Karen Joy Fowler, We Are All Completely Beside Ourselves

Karen Joy Fowler
“There are moments when history and memory seem like a mist, as if what really happened matters less than what should have happened.”
Karen Joy Fowler, We Are All Completely Beside Ourselves

Julian Barnes
“The thing I remember from the Letters Page in those antique days was the way the OBs signed off. There was Yours faithfully, Yours sincerely, and I have the honour to be, sir, your obedient servant. But the ones I always looked for - and which I took to be the true sign of an Old Bastard - simply ended like this: Yours etc. And then the newspaper drew even more attention to the sign-off by printing it: Yours &c.
Yours &c. I used to muse about that. What did it mean? Where did it come from? I imagined some bespatted captain of industry dictating his OB’s views to his secretary for transmission to the Newspaper of Record which he doubtless referred to with jocund familiarity as ‘The Thunderer’. When his oratorical belch was complete, he would say ‘Yours, etc,’ which Miss ffffffolkes would automatically transcribe into, ‘I have the honour to be, sir, one of the distinguished Old Bastards who could send you the label off a tin of pilchards and you would still print it above this my name,’ or whatever, and then it would be, ‘Despatch this instanter to The Thunderer, Miss ffffffolkes.’
But one day Miss ffffffolkes was away giving a handjob to the Archbishop of York, so they sent a temp. And the temp wrote Yours, etc, just as she heard it and The Times reckoned the OB captain a very gusher of wit, but decided to add their own little rococo touch by compacting it further to &c., whereupon other OBs followed the bespatted lead of the captain of industry, who claimed all the credit for himself. There we have it: Yours &c.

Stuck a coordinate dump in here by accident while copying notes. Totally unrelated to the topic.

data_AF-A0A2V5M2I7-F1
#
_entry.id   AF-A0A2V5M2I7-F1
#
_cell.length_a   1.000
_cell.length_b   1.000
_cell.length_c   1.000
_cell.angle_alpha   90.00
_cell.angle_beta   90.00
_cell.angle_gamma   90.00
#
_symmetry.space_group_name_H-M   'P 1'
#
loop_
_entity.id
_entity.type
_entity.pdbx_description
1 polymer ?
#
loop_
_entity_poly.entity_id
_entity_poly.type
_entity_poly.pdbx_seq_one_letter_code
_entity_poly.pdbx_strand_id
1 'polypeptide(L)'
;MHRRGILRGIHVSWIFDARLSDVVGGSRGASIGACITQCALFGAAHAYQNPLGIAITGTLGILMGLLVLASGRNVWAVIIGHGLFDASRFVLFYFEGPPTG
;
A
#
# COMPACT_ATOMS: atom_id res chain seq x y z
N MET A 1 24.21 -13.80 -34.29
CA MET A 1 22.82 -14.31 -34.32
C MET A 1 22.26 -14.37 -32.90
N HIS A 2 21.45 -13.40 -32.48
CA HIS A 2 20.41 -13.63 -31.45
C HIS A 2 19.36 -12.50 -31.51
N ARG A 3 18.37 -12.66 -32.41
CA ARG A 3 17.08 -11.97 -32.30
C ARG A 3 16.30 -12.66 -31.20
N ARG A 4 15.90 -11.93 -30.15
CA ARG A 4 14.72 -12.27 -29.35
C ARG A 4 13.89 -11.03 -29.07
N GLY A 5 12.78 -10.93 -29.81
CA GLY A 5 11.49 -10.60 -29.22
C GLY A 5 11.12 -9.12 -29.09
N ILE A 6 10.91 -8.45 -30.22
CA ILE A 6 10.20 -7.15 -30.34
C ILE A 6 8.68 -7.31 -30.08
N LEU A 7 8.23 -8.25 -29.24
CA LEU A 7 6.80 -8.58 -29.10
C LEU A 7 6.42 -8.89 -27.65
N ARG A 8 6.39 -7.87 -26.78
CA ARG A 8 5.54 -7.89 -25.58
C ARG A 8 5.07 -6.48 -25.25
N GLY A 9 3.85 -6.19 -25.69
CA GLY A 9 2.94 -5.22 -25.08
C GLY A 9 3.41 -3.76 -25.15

Whereupon, as an ardent damp-ear of sixteen, I took to the parodic sign-off: Love, &c. Not all my correspondents unfailingly seized the reference, I regret to say. One demoiselle hastened her own de-accessioning from the museum of my heart by informing me with hauteur that use of the word etc., whether in oral communication or in carven prose, was common and vulgar. To which I replied, first, that ‘the word’ et cetera was not one but two words, and that the only common and vulgar thing about my letter - given the identity of its recipient - was affixing to it the word that preceded etc. Alack, she didn’t respond to this observation with the Buddhistic serenity one might have hoped.
Love, etc. The proposition is simple. The world divides into two categories: those who believe that the purpose, the function, the bass pedal and principal melody of life is love, and that anything else - everything else - is merely an etc.; and those, those unhappy many, who believe primarily in the etc. of life, for whom love, however agreeable, is but a passing flurry of youth, the pattering prelude to nappy-duty, but not something as solid, steadfast and reliable as, say, home decoration. This is the only division between people that counts.”
Julian Barnes, Talking It Over
tags: love

Karen Joy Fowler
“I appreciated her vigor. I admired her choices though I wouldn’t have made them. Freak or fake, I’d been asking myself ever since I arrived at college, and here was someone bold enough to be both.”
Karen Joy Fowler, We Are All Completely Beside Ourselves